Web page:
Date: 2013
    URL: http://d.repec.org/n?u=RePEc:diw:diwsop:diw_sp575&r=ltv
  3. By: Matsaganis, Manos; Leventi, Chrysa
    Abstract: The severe economic crisis affecting Greece since 2009 is having an unprecedented impact in terms of job and income losses, and is widely perceived to have a comparably significant effect in terms of greater inequality and increased poverty. We provide an assessment of whether (and to what extent) the latter is the case. More specifically, we use the European tax-benefit microsimulation model EUROMOD in order to quantify the impact of the austerity (i.e. fiscal consolidation policies) and the recession (i.e. negative developments in the wider economy) on the distribution of incomes in 2009-2012, and estimate how the burden of the crisis has been shared across income groups. We conclude by discussing the policy implications of our research.
    Date: 2013–08–22
    URL: http://d.repec.org/n?u=RePEc:ese:emodwp:em14-13&r=ltv
  4. By: Heckman, James J. (University of Chicago); Pinto, Rodrigo (University of Chicago)
    Abstract: This paper presents an econometric mediation analysis. It considers identification of production functions and the sources of output effects (treatment effects) from experimental interventions when some inputs are mismeasured and others are entirely omitted.
    Keywords: production function, mediation analysis, measurement error, missing inputs
    JEL: C21 C38 C43 D24
    Date: 2013–08
    URL: http://d.repec.org/n?u=RePEc:iza:izadps:dp7552&r=ltv
  5. By: Aspen Gorry; Sita Nataraj Slavov (American Enterprise Institute)
    Abstract: Should the US tax code treat people as families, as it currently does, or as individuals? This paper considers the costs and benefits of switching to a tax system based on individual, rather than family, income.
    Keywords: U.S. tax code,same-sex marriage,proposition 8,Income inequality,defense of marriage act
    JEL: A H
    Date: 2013–05
    URL: http://d.repec.org/n?u=RePEc:aei:rpaper:37807&r=ltv
  6. By: Rivayani Darmawan (Georg-August-University Göttingen); Stephan Klasen (Georg-August-University Göttingen)
    Abstract: It has been argued that the potential gains of community-driven development (CDD) poverty programs are large as these can foster sustained poverty reduction. However, recent literature shows that community involvement can increase the risk of elite capture, particularly in more unequal communities. The risk is higher when the gap between the poor and the non-poor is larger with limited mobility between groups, the poor find it difficult to increase their bargaining power or voice their preferences. This paper contributes to the limited empirical literature on the existence of elite capture in social programs. Using community and household data from the Second Urban Poverty Project in Indonesia, we find robust evidence for the existence of elite capture under unequal communities. We further find that only when decision makers share similar characteristics with non-elites in terms of wealth, education and social networks, the share of pro-poor projects increases.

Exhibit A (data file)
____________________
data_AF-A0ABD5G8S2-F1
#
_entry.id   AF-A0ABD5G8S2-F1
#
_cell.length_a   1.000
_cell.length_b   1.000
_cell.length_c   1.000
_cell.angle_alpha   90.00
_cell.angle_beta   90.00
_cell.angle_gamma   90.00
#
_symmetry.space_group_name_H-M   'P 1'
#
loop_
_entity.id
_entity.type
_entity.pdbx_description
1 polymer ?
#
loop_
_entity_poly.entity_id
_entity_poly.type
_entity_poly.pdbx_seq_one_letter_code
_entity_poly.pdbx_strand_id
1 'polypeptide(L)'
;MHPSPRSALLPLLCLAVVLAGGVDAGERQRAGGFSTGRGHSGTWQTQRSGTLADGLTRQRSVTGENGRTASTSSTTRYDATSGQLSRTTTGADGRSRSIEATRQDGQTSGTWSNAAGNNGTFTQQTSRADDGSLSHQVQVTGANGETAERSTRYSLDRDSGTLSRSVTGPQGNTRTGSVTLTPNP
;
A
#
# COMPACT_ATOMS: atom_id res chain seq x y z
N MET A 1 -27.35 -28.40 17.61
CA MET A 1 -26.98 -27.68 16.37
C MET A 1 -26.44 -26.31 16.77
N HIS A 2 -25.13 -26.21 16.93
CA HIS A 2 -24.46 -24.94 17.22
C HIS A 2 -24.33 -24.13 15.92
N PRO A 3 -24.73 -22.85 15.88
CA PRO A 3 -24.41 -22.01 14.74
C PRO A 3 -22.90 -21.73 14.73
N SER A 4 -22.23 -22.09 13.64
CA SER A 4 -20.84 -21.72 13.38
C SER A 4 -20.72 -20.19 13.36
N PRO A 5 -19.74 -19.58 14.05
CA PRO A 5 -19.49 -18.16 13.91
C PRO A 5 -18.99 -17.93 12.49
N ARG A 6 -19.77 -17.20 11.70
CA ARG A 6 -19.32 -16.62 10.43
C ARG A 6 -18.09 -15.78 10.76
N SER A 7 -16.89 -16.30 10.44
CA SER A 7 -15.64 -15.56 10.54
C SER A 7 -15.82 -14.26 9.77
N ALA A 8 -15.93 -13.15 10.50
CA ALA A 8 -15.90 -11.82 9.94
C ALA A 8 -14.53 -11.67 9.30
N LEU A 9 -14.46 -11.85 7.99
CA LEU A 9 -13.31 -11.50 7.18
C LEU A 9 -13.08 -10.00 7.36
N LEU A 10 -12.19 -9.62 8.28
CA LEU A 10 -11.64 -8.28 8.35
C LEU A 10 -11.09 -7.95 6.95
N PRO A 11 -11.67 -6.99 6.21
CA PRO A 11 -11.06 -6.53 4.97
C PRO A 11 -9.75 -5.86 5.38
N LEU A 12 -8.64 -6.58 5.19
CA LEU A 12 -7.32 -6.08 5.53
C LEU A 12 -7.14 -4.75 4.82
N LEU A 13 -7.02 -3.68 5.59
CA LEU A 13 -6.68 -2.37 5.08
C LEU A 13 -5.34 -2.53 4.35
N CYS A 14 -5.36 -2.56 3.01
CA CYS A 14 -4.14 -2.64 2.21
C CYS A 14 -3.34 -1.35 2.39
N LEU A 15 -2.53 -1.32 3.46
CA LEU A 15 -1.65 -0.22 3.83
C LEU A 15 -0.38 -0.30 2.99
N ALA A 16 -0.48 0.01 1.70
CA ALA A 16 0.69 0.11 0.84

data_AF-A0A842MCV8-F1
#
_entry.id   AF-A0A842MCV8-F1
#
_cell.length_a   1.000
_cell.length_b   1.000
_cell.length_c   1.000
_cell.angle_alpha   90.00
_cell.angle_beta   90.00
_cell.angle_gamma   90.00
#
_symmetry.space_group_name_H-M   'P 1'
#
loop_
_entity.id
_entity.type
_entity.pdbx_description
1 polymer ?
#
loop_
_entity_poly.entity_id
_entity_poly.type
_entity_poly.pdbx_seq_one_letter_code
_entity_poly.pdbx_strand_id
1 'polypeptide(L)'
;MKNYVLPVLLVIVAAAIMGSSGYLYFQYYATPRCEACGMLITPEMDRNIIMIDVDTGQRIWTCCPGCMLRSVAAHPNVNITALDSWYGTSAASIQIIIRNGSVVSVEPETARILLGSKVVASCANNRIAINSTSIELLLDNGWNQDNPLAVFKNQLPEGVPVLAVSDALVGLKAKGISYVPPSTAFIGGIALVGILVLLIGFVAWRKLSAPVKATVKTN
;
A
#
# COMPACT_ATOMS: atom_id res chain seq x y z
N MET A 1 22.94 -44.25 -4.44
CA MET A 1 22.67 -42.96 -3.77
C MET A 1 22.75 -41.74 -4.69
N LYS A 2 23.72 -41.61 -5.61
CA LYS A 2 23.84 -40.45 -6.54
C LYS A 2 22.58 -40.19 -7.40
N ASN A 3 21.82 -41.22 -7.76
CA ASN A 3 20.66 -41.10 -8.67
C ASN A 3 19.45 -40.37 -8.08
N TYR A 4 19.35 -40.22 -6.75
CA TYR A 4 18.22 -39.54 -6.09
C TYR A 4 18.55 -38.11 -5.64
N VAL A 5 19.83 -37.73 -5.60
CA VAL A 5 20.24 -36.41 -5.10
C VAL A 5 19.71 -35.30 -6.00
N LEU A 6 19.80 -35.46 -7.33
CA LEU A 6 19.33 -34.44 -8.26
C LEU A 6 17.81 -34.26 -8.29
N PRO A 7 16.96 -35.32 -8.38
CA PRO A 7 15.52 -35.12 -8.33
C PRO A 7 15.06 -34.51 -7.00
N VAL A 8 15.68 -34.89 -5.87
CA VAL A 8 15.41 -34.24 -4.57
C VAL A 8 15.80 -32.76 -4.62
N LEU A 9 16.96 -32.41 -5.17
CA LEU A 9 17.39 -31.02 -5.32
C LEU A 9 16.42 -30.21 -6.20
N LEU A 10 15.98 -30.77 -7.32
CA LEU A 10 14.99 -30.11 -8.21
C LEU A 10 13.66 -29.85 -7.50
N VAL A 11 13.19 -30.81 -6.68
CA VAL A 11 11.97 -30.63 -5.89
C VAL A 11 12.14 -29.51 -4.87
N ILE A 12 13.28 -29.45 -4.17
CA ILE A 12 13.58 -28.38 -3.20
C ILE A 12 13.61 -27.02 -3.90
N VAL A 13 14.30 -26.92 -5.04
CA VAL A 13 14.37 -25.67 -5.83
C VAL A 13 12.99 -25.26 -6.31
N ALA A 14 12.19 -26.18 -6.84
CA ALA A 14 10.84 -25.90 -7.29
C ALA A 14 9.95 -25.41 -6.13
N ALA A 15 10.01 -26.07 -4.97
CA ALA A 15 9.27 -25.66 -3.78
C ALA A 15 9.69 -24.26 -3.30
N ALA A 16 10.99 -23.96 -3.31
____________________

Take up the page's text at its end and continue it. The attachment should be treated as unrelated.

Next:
Keywords: Elite capture; Community-driven Development; Inequality; Poverty; Indonesia
    JEL: H42 I32 D63
    Date: 2013–08–23
    URL: http://d.repec.org/n?u=RePEc:got:gotcrc:145&r=ltv
  7. By: Bryan, Mark L.; Jenkins, Stephen P.
    Abstract: Cross-national differences in outcomes are often analysed using regression analysis of multilevel country datasets, examples of which include the ECHP, ESS, EU-SILC, EVS, ISSP, and SHARE. We review the regression methods applicable to this data structure, pointing out problems with the assessment of country-level factors that appear not to be widely appreciated, and illustrate our arguments using Monte-Carlo simulations and analysis of womens employment probabilities and work hours using EU SILC data. With large sample sizes of individuals within each country but a small number of countries, analysts can reliably estimate individual-level effects within each country but estimates of parameters summarising country effects are likely to be unreliable. Multilevel (hierarchical) modelling methods are commonly used in this context but they are no panacea.
    Date: 2013–08–19
    URL: http://d.repec.org/n?u=RePEc:ese:iserwp:2013-14&r=ltv
  8. By: Bell, David N.F. (University of Stirling); Rutherford, Alasdair C. (University of Stirling)